Minority status and diabetes screening in an ambulatory population. Academic Article uri icon


  • Ethnicity has been identified as a risk factor not only for having type 2 diabetes but for increased morbidity and mortality with the disease. Current American Diabetes Association (ADA) guidelines advocate screening high-risk minorities for diabetes. This study investigates the effect of minority status on diabetes screening practices in an ambulatory, insured population presenting for yearly health care.This is a retrospective population-based study of patients in a large, Midwestern, academic group practice. Included patients were insured, had ≥1 primary care visit yearly from 2003 to 2007, and did not have diabetes but met ADA criteria for screening. Odds ratios (ORs), 95% confidence intervals (CI), and predicted probabilities were calculated to determine the relationship between screening with fasting glucose, glucose tolerance test, or hemoglobin A(1c) and patient and visit characteristics.Of the 15,557 eligible patients, 607 (4%) were of high-risk ethnicity, 61% were female, and 86% were ≥45 years of age. Of the eight high-risk factors studied, after adjustment, ethnicity was the only factor not associated with higher diabetes screening (OR = 0.90 [95% CI 0.76-1.08]) despite more primary care visits in this group. In overweight patients <45 years, where screening eligibility is based on having an additional risk factor, high-risk ethnicity (OR 1.01 [0.70-1.44]) was not associated with increased screening frequency.In an insured population presenting for routine care, high-risk minority status did not independently lead to diabetes screening as recommended by ADA guidelines. Factors other than insurance or access to care appear to affect minority-preventive care.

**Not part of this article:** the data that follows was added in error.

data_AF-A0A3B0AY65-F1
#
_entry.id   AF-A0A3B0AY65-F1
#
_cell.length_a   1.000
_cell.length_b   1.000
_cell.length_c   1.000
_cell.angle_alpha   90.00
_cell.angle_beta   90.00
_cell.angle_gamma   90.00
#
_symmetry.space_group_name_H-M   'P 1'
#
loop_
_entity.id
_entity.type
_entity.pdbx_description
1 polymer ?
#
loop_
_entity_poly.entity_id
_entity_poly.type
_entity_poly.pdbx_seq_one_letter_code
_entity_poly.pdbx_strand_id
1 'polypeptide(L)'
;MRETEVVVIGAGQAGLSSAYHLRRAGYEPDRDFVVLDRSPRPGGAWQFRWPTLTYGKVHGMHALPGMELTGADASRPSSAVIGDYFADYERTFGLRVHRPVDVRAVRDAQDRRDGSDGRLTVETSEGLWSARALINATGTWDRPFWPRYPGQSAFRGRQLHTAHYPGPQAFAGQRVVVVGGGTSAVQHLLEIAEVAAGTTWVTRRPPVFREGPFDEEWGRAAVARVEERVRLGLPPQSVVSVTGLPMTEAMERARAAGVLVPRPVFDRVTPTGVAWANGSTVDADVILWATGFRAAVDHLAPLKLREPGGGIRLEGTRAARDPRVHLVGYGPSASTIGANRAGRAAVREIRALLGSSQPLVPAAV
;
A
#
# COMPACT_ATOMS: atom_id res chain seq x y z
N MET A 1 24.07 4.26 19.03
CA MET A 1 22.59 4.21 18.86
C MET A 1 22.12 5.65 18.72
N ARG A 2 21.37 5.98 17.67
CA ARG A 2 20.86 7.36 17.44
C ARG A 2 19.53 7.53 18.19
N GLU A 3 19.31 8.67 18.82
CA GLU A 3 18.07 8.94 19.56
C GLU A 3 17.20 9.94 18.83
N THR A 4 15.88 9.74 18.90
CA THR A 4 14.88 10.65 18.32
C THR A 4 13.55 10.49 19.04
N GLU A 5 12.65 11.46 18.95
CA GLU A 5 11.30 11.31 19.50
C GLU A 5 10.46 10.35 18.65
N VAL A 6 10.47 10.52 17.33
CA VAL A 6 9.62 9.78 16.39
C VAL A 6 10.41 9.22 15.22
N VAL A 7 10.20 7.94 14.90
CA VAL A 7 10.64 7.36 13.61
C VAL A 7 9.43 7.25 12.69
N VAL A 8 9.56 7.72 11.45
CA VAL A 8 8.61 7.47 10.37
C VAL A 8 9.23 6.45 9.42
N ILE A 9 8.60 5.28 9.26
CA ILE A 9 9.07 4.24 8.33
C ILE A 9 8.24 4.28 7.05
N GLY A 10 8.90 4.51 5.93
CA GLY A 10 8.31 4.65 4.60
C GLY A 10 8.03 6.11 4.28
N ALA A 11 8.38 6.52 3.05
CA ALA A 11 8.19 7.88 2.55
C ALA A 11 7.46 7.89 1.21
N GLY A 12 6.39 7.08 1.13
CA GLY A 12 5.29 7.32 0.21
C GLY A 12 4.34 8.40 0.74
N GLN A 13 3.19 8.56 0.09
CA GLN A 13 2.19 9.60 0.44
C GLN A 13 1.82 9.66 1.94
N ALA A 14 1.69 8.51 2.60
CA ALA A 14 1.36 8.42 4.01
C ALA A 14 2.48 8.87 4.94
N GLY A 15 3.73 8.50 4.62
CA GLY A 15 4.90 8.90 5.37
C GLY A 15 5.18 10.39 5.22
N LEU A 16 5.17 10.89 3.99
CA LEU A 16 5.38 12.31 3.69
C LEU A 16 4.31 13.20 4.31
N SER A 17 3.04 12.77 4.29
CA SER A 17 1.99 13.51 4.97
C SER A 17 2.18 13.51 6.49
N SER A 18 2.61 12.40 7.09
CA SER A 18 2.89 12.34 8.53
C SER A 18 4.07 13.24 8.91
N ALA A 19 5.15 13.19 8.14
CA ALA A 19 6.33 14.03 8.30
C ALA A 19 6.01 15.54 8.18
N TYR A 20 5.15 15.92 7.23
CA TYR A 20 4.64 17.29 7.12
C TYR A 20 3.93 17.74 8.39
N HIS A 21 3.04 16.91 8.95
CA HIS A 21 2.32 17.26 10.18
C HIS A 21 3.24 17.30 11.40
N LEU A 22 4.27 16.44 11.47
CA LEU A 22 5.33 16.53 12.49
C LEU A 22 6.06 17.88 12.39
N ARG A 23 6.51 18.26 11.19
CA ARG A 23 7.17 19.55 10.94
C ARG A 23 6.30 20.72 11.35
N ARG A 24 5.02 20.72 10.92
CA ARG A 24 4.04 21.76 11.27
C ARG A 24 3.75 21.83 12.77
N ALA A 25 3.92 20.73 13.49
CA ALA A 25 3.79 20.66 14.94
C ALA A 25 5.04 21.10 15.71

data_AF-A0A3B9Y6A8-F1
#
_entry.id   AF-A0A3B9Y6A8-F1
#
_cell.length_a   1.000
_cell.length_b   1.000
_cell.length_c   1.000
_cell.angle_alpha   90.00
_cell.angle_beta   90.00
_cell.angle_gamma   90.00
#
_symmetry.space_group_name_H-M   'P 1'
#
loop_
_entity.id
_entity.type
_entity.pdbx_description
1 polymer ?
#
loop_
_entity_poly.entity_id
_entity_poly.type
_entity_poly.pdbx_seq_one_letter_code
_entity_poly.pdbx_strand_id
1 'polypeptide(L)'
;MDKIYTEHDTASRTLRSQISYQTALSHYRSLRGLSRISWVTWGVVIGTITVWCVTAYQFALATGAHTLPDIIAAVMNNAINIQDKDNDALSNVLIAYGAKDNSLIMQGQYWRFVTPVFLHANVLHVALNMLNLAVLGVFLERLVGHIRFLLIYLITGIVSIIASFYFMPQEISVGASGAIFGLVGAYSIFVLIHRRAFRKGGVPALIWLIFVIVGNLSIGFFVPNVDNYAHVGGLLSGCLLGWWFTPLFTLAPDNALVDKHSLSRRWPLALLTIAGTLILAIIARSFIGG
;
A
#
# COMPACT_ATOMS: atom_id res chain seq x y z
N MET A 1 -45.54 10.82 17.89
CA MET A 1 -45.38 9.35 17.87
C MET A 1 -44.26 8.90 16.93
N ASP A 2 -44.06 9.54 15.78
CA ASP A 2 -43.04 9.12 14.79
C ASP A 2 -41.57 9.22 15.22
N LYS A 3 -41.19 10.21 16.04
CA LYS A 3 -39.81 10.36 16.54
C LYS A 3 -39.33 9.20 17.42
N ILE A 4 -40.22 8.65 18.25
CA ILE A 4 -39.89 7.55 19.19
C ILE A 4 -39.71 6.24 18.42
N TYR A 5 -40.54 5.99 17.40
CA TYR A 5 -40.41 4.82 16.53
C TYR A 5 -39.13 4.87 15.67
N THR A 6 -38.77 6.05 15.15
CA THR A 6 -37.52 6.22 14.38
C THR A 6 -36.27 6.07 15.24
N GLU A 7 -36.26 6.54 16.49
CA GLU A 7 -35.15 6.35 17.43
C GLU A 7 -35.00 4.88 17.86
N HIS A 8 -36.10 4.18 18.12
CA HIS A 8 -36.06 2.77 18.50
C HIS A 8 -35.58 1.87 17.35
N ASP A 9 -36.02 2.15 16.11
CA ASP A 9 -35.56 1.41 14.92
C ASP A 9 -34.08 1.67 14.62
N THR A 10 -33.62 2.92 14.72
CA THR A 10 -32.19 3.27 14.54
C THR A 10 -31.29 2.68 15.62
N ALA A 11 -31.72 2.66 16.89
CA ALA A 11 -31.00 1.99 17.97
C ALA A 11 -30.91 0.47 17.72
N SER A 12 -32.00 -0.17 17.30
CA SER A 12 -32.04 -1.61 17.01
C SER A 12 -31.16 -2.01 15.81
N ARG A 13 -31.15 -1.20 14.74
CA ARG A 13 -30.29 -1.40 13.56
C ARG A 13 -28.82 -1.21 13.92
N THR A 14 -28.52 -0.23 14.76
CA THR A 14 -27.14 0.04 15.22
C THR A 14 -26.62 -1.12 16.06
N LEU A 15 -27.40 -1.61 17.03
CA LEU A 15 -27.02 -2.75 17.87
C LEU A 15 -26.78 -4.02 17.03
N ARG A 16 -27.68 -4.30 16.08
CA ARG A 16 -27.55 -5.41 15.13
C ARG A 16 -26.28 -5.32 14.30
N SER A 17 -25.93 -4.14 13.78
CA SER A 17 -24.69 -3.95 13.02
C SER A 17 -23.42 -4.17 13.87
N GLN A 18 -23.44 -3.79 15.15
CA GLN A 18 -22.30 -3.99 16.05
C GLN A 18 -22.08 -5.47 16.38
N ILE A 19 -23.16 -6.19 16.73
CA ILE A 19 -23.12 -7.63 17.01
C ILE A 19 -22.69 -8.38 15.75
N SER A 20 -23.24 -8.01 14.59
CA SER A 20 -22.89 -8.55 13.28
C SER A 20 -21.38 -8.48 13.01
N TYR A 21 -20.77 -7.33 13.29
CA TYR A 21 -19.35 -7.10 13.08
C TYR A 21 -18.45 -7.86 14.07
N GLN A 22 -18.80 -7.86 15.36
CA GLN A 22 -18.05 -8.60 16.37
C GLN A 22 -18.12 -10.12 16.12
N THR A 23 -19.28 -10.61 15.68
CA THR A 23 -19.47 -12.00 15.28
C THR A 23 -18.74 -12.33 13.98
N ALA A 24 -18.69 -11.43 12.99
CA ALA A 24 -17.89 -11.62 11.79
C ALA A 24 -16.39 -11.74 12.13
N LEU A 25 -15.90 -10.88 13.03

publication date

  • June 2011